The Book Jewel gets ready to shine in Westchester Triangle

Nov 7, 2019

This spring, Westchester will have its very own independent bookstore when The Book Jewel opens its doors on 87th Street. Having a bookstore in Westchester has long been the dream of Drollinger Properties owner, Karen Dial, who has made it her mission to help keep her hometown thriving by championing public art, supporting local causes and serving as the president of the business improvement district. This new space, that serves to connect the community and bring everyone together to appreciate literature, watch a cooking demonstration or enjoy some delicious eats is just another part of her vision for the area.

 “Westchester is such a vibrant community and sacred space,” said Dial who named the store after her mother, Jewel, who was an avid reader. “Westchester deserves a world class bookstore. We need more places where the community can gather to meet and build synergy.” 

The Book Jewel is on track to open between March and May, according to Sean Moor, who will manage the store. Moor, who also owns the successful Gatsby Books in Long Beach, is looking to bring some of the magic that he’s been able to create there over to Westchester. With no shortage of ideas for the store, he’s excited about hosting author events, creative writing readings led by local students, open mic nights, book club meetings and small intimate musical performances. The store will even have a piano to encourage spontaneous playing.

“We’re looking to create a store that is successful for the long run and that gives the community the best experience possible,” said Moor. “We’re right in the heart of Westchester and this will be a cultural hub that is welcoming to everyone.”

The building will feature three levels: a roughly 3,000-square-foot bottom floor that will serve as the store and café; a smaller second story that will double as a demonstration kitchen and event space; and a rooftop deck with garden.

“It really is going to be a jewel of a bookstore with a beautiful facade and lots of windows,” said Moor. “When it’s lit up at night it is really going to pop. It will be something you can spot as you land at LAX.”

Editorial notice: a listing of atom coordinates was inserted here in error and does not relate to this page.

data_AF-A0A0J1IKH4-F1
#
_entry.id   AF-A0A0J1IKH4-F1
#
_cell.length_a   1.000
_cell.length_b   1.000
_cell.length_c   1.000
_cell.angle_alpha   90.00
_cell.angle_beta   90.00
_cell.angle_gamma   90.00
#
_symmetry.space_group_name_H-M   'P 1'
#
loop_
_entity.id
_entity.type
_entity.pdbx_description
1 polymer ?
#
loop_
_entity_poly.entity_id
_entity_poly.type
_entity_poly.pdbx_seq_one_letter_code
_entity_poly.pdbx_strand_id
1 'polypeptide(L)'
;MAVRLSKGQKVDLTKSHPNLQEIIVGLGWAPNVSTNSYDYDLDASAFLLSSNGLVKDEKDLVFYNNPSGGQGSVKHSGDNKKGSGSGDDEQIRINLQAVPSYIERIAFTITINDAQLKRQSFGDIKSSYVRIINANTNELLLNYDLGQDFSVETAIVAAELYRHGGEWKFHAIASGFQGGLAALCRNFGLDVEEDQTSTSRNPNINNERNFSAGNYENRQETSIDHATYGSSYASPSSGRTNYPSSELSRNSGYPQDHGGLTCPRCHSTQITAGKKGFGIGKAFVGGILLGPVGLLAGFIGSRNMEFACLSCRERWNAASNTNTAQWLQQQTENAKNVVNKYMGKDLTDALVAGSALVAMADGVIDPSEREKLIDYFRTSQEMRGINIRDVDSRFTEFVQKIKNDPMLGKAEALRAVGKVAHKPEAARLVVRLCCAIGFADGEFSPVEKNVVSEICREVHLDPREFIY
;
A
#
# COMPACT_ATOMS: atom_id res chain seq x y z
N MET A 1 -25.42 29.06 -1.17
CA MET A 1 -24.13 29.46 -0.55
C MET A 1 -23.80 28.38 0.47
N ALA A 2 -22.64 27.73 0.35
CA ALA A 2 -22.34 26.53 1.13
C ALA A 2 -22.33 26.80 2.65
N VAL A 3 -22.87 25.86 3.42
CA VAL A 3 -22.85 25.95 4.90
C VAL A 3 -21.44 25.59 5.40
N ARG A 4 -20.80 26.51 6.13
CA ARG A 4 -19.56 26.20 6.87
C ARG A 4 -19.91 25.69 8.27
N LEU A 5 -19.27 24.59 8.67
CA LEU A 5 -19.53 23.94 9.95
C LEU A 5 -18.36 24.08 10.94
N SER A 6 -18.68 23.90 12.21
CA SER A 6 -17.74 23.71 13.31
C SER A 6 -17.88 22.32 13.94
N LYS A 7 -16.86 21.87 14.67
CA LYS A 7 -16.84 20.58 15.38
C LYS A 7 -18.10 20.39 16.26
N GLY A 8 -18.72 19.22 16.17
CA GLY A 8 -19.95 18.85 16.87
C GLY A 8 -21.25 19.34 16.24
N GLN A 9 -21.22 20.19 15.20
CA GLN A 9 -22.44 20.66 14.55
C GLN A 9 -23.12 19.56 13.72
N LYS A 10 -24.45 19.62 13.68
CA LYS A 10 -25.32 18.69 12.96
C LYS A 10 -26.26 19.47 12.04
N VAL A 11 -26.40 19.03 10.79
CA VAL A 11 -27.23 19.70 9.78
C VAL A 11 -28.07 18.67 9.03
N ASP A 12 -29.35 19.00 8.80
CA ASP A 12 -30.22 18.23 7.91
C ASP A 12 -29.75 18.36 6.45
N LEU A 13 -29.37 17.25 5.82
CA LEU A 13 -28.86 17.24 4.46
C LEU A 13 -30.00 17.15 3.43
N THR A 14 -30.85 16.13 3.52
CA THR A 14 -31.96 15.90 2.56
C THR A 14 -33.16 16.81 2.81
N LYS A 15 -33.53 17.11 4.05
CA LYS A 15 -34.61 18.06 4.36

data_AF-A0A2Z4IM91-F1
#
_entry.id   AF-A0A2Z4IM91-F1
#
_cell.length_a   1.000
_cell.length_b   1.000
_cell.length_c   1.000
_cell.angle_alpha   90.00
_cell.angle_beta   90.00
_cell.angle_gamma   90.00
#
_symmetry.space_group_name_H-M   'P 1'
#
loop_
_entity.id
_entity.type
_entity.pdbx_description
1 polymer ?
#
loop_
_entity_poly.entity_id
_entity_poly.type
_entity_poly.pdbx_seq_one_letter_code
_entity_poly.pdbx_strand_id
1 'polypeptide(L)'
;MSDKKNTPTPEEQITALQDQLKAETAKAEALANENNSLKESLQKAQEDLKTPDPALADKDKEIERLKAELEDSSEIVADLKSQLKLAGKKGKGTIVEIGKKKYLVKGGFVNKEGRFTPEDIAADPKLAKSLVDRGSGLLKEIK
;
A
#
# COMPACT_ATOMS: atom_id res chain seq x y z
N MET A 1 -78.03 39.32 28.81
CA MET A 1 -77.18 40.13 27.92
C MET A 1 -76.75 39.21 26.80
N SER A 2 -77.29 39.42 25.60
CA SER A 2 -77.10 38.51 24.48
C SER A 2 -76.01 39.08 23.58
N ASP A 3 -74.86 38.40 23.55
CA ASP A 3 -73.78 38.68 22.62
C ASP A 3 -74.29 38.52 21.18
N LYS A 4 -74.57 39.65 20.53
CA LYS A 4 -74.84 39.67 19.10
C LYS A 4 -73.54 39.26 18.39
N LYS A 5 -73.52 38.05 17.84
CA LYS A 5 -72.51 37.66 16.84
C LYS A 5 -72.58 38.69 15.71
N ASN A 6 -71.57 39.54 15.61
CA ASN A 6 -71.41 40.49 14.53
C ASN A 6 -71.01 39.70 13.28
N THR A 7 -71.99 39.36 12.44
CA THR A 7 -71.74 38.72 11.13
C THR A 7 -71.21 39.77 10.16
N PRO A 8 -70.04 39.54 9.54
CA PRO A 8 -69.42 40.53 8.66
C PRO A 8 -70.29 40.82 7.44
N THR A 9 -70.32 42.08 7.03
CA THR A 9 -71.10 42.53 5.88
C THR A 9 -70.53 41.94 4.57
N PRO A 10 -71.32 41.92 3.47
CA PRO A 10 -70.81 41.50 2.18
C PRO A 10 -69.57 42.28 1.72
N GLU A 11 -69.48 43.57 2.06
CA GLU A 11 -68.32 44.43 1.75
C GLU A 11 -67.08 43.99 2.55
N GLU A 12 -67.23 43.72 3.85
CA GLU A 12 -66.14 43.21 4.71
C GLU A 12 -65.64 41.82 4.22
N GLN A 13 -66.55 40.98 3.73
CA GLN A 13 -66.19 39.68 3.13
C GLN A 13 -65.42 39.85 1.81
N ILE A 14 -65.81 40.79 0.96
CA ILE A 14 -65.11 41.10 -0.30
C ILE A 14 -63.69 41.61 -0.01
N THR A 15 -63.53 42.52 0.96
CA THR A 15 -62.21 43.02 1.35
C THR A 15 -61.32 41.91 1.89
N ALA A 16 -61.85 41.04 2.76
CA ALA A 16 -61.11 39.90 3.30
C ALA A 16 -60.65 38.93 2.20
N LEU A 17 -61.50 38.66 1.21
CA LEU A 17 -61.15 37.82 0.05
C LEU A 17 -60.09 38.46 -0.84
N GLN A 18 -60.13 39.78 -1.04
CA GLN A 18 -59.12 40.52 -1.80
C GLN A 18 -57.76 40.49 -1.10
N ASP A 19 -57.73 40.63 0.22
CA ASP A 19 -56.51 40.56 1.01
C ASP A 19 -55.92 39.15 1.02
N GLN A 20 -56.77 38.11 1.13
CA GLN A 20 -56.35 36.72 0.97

Rendering of what The Book Jewel will look like when it opens early next year.

With four paintings on Drollinger- owned properties along Sepulveda, including the large-scale pieces “Welcome to Westchester” and “You Are Beautiful,” it’s no surprise there’s talk of adding artwork to the building located in the Westchester Triangle, either as a mural or in the form of banners that can be changed out to help showcase the store and the community.

Moor says there will be tons of literary works, a deep and interesting selection of new and used books and a special emphasis on travel and cooking titles. To cater to the area’s growing number of families, there will be a generous children’s section, as well.

Food will also play an important role at The Book Jewel. A café, called Tomat, will open later in 2020, and will be run by Dial’s daughter, Natalie Dial, and her partner, Harry Posner, who share a passion for food and backgrounds in health. The café will feature dishes made with seasonal and local ingredients; house-made breads and ferments; California beer and wine and excellent coffee, according to Dial. 

The vision for the café came after Posner–a doctor–took time off to attend culinary school in Ireland and Natalie—who is finishing her DrPH and is a public health practitioner—began to think about how to combine health, engagement and shared space.

 “The idea of Tomat came from these turning points and setting up this vision next to The Book Jewel is an absolutely ideal place to start,” said Natalie. “Both The Book Jewel and Tomat are meant to be a gathering place and new dynamic for the area–the Sunday Farmers’ Market is just outside our doorstep, which will be the first of many new synergies the cafe and bookstore will bolster. Westchester is a caring, diverse and down-to-earth community, and we hope these new businesses will radiate and expand the ethos that’s always existed here.” 

While opening a bookstore may seem like a difficult business in a world full of next-day Amazon packages, Moor says there’s been a resurgence in indie stores in the last five years, with sales up and shops opening ready for book-lovers to search for new novels along the shelves and find a sense of community, which online shopping can’t offer.

Although there’s been a slight delay with the construction timeline because “it’s taken this long to get it just right” and plans have had to be readjusted a few times, Moor is confident that the community won’t be disappointed by the results.

“Westchester is a great place for a bookstore and on days like the farmers’ market, the Triangle is buzzing with energy,” said Moor. “We want this to be another thing that puts Westchester on the map. The first thing people do when they land at LAX is head to In-N-Out, and we hope the second is head to a really great bookstore.”

Posted November 2019.

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